• Model/specification uncertainty

Milliman USA


Why talk about this
Why Talk About This?

  • Almost every paper in reserve distributions considers

    • Only one method

    • Applied to one data set

  • Only conclusion: distribution of results from a single method

  • Not distribution of reserves

Milliman USA


Discussion
Discussion

  • Some proponents of some statistically-based methods argue analysis of residuals the answer

  • Still does not address fundamental issue; model and specification uncertainty

  • At this point there does not appear much (if anything) in the literature with methods addressing multiple data sets

Milliman USA


Moral of story
Moral of Story

  • Before using a method, understand underlying assumptions

  • Make sure what it measures what you want it to

  • The definitive work may not have been written yet

  • Casualty liabilities very complex, not readily amenable to simple models

Milliman USA


All may not be lost
All May Not Be Lost

  • Not presenting the definitive answer

  • More an approach that may be fruitful

  • Approach does not necessarily have “single model” problems in others described so far

  • Keeps some flavor of “traditional” approaches

  • Some theory already developed by the CAS (Committee on Theory of Risk, Phil Heckman, Chairman)

Milliman USA


Collective risk model
Collective Risk Model

  • Basic collective risk model:

    • Randomly select N, number of claims from claim count distribution (often Poisson, but not necessary)

    • Randomly select N individual claims, X1, X2, …, XN

    • Calculate total loss as T = Xi

  • Only necessary to estimate distributions for number and size of claims

  • Can get closed form expressions for moments (under suitable assumptions)

Milliman USA


Adding parameter uncertainty
Adding Parameter Uncertainty

  • Heckman & Meyers added parameter uncertainty to both count and severity distributions

  • Modified algorithm for counts:

    • Select  from a Gamma distribution with mean 1 and variance c (“contagion” parameter)

    • Select claim counts N from a Poisson distribution with mean 

    • If c < 0, N is binomial, if c > 0, N is negative binomial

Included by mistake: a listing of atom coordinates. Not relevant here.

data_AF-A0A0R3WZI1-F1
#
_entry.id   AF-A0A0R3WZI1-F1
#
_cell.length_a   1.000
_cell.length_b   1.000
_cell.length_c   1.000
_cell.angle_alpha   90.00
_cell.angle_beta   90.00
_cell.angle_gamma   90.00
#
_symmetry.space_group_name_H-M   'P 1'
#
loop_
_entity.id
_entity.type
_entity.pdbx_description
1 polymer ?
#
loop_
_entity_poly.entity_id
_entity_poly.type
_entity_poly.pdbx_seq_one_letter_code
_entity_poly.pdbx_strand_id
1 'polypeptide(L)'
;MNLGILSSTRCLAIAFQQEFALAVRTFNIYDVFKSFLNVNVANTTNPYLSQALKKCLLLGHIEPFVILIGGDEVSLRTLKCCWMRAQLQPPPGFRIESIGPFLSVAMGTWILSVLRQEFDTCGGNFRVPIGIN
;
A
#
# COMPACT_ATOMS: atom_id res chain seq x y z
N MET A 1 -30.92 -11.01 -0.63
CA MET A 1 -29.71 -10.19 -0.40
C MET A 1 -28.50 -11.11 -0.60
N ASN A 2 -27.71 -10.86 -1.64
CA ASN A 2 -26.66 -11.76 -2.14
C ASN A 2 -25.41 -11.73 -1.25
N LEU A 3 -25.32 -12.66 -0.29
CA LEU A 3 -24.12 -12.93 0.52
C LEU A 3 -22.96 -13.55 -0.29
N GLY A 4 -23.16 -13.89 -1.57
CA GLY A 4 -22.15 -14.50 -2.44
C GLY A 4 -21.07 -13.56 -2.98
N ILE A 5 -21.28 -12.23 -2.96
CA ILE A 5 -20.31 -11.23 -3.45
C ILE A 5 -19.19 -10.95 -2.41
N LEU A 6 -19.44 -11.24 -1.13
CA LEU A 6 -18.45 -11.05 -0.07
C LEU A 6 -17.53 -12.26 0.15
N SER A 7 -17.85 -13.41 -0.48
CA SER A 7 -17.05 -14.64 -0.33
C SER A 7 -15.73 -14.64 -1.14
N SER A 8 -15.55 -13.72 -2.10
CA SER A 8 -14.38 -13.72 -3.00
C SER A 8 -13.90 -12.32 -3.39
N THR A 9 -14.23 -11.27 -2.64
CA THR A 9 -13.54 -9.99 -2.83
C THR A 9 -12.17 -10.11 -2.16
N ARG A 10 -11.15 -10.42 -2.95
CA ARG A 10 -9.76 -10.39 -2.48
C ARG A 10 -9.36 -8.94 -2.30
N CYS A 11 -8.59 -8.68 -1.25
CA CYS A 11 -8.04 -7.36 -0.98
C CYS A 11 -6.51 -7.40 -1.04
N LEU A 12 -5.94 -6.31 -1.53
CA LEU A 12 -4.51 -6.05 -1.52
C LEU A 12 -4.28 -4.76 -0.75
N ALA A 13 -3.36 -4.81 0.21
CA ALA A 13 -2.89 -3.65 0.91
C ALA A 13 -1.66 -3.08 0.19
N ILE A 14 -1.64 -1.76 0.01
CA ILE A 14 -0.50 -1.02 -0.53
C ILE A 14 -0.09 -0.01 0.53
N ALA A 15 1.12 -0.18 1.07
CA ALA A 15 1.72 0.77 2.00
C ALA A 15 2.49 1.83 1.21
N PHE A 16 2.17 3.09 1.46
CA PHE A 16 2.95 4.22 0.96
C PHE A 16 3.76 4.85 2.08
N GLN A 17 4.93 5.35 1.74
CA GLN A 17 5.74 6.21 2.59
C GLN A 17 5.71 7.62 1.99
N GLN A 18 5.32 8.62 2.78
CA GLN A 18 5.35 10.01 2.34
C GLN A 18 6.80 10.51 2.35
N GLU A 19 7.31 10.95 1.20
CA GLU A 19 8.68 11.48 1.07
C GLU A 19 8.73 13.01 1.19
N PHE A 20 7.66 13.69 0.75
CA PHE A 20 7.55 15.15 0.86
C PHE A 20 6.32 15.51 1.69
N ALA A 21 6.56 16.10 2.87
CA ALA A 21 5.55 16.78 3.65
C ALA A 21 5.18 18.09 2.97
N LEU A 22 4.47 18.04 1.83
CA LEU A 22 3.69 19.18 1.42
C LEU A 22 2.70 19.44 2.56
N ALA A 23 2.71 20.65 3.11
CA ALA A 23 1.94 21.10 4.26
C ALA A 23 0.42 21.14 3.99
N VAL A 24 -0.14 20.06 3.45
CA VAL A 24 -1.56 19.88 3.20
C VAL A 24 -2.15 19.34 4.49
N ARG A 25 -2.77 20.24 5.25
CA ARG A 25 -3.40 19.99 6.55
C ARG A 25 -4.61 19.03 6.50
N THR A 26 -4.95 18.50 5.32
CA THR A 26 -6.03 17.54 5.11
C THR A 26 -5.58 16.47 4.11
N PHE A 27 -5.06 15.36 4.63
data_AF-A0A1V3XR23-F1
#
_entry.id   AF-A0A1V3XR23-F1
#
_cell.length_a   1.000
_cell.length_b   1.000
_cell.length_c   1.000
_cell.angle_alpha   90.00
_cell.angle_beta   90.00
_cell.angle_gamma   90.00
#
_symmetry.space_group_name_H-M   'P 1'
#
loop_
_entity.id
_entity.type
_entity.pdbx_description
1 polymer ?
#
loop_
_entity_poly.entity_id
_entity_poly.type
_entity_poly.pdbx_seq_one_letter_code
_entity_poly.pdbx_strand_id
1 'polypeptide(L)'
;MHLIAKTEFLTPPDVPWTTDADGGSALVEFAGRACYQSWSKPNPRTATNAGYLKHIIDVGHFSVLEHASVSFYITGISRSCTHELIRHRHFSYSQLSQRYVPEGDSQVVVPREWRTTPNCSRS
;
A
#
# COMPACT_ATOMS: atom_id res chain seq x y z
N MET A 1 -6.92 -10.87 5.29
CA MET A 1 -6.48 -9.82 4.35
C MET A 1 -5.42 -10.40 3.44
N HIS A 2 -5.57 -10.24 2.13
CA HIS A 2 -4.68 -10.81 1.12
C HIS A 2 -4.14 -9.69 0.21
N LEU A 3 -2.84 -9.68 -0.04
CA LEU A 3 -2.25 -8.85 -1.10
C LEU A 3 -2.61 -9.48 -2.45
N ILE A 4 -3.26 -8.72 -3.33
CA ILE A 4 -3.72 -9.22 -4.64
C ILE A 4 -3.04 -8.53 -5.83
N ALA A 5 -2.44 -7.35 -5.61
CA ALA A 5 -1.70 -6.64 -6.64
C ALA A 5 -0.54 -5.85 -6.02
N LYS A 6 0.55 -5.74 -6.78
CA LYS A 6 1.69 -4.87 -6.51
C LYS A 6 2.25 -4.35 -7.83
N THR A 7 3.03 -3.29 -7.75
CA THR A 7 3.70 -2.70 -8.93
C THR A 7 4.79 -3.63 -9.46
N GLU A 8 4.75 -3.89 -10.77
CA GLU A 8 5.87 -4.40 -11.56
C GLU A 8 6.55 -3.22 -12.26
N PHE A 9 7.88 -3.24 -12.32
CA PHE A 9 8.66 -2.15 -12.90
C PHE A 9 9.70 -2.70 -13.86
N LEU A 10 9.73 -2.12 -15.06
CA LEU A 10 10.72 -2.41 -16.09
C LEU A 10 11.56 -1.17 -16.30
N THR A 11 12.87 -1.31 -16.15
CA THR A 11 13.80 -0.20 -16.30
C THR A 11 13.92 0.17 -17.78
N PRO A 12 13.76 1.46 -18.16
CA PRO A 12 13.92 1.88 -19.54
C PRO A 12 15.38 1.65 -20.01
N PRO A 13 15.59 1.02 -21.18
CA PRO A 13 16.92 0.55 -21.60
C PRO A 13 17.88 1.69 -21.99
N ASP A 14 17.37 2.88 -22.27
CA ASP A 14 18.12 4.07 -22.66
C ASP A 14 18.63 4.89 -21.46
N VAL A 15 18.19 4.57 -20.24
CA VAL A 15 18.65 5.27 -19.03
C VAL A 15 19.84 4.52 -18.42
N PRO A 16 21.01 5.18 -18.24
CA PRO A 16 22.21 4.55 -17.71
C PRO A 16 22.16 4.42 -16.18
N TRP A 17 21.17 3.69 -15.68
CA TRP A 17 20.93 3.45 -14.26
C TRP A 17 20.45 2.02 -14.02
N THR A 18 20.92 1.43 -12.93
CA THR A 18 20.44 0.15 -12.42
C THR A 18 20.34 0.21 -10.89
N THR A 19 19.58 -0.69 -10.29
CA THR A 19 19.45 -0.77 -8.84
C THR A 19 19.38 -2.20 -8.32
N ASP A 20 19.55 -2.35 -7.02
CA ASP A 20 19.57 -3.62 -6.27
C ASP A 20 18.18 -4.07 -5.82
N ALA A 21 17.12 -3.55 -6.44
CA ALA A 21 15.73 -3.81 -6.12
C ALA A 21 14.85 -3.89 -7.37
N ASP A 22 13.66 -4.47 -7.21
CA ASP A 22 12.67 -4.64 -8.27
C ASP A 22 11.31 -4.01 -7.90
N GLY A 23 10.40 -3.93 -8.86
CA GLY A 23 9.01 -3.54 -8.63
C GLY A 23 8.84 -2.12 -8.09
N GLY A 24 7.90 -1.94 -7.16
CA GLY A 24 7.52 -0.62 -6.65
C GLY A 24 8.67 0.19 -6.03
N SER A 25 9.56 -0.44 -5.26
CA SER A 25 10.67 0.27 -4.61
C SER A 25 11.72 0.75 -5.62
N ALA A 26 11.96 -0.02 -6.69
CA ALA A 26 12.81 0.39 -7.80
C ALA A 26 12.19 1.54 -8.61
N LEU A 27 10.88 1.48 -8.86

Milliman USA


Adding parameter uncertainty1
Adding Parameter Uncertainty

  • Heckman & Meyers also incorporated a “global” uncertainty parameter

  • Modified traditional collective risk model

    • Select  from a distribution with mean 1 and variance b

    • Select N and X1, X2, …, XN as before

    • Calculate total as T = Xi

  • Note  affects all claims uniformly

Milliman USA


Why does this matter
Why Does This Matter?

  • Under suitable assumptions the Heckman & Meyers algorithm gives the following:

    • E(T) = E(N)E(X)

    • Var(T)= (1+b)E(X2)+2(b+c+bc)E2(X)

  • Notice if b=c=0 then

    • Var(T)= E(X2)

    • Average, T/N will have a decreasing variance as E(N)= is large (law of large numbers)

Milliman USA


Why does this matter1
Why Does This Matter?

  • If b 0 or c 0 the second term remains

  • Variance of average tends to (b+c+bc)E2(X)

  • Not zero

  • Otherwise said: No matter how much data you have you still have uncertainty about the mean

  • Key to alternative approach -- Use of b and c parameters to build in uncertainty

Milliman USA


If it were that easy
If It Were That Easy …

  • Still need to estimate the distributions

  • Even if we have distributions, still need to estimate parameters (like estimating reserves)

  • Typically estimate parameters for each exposure period

  • Problem with potential dependence among years when combining for final reserves

Milliman USA


An example1
An Example

  • Consider the data set included in the handouts

  • This is hypothetical data but based on a real situation

  • It is residual bodily injury liability under no-fault

  • Rather homogeneous insured population

Milliman USA


An example continued
An Example(Continued)

  • Applied several “traditional” actuarial methods

    • Usual development factor

    • Berquist/Sherman

    • Hindsight reserve method

    • Adjustments for

      • Relative case reserve adequacy

      • Changes in closing patterns

Milliman USA


An example continued1
An Example(Continued)

Milliman USA


An example continued2
An Example(Continued)

  • Now review underlying claim information

  • Make selections regarding the distribution of size of open claims for each accident year

    • Based on actual claim size distributions

    • Ratemaking

    • Other

  • Use this to estimate contagion (c) value

Milliman USA


An example continued3
An Example(Continued)

Milliman USA


An example continued4
An Example(Continued)

  • Thus variation among various forecasts helps identify parameter uncertainty for a year

  • Still “global” uncertainty that affects all years

  • Measure this by “noise” in underlying severity

Milliman USA


An example continued5
An Example(Continued)

Milliman USA


An example continued6
An Example(Continued)

Milliman USA


Cas to the rescue
CAS To The Rescue

  • Still assumed independence

  • CAS Committee on Theory of Risk commissioned research into

    • Aggregate distributions without independence assumptions

    • Aging of distributions over life of an exposure year

  • Will help in reserve variability

  • Sorry, do not have all the answers yet

Milliman USA